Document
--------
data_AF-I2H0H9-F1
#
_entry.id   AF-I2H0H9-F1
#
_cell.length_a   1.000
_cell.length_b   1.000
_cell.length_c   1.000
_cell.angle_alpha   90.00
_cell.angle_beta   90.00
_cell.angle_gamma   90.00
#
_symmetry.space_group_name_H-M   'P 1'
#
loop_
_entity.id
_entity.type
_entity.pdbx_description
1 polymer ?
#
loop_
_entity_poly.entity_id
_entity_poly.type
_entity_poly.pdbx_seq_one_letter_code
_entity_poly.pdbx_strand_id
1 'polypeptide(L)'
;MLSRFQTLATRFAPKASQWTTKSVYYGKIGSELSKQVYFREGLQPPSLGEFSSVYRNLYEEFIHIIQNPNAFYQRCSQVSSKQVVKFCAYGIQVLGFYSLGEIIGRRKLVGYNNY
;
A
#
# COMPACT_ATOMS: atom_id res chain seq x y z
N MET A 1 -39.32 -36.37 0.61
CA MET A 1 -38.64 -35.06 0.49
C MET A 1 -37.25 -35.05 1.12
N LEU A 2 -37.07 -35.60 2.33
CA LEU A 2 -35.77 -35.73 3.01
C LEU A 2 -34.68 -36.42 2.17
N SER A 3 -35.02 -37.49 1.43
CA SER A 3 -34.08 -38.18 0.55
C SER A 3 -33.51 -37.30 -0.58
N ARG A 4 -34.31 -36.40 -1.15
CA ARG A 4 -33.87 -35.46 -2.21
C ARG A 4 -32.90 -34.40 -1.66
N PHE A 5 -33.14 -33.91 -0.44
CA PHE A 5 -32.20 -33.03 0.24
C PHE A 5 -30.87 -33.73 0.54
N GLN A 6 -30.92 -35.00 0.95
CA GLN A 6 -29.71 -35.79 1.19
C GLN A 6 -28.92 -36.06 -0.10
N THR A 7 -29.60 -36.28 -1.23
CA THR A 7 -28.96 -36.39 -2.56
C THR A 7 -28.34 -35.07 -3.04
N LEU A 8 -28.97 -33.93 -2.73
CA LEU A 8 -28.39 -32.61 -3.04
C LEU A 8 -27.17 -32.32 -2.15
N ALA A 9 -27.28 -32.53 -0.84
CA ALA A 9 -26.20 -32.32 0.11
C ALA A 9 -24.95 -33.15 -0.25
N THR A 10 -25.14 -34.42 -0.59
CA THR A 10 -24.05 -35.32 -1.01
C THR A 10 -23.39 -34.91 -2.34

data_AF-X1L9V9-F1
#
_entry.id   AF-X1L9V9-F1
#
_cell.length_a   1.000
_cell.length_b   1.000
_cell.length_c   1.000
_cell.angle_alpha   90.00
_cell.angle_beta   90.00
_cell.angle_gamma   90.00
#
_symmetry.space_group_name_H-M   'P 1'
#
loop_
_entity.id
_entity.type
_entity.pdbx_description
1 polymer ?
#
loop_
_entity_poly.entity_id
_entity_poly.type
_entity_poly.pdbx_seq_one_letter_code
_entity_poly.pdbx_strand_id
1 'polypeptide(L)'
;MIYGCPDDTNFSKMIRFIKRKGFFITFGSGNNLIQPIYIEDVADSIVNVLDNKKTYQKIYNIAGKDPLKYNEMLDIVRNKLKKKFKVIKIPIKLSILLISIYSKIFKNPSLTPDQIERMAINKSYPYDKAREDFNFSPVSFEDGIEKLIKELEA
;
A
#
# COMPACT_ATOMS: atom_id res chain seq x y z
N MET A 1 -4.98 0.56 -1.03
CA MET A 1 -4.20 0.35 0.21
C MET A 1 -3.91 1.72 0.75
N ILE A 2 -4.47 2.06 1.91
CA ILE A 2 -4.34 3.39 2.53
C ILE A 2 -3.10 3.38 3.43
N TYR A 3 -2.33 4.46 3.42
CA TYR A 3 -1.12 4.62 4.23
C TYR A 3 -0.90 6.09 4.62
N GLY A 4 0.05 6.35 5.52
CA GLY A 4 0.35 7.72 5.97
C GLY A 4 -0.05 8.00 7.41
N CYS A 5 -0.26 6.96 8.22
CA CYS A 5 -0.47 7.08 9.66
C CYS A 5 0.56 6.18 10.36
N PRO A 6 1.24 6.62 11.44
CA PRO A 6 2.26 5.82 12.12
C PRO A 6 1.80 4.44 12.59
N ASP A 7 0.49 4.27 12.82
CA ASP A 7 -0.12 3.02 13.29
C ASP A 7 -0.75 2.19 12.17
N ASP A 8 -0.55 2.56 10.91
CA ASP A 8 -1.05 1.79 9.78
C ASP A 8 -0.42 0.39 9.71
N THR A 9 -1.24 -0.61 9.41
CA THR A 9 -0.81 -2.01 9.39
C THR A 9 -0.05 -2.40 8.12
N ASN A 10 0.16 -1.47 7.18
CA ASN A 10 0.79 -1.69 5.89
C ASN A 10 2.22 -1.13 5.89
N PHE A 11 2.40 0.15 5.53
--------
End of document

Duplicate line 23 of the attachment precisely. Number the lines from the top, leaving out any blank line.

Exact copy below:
_entity_poly.pdbx_seq_one_letter_code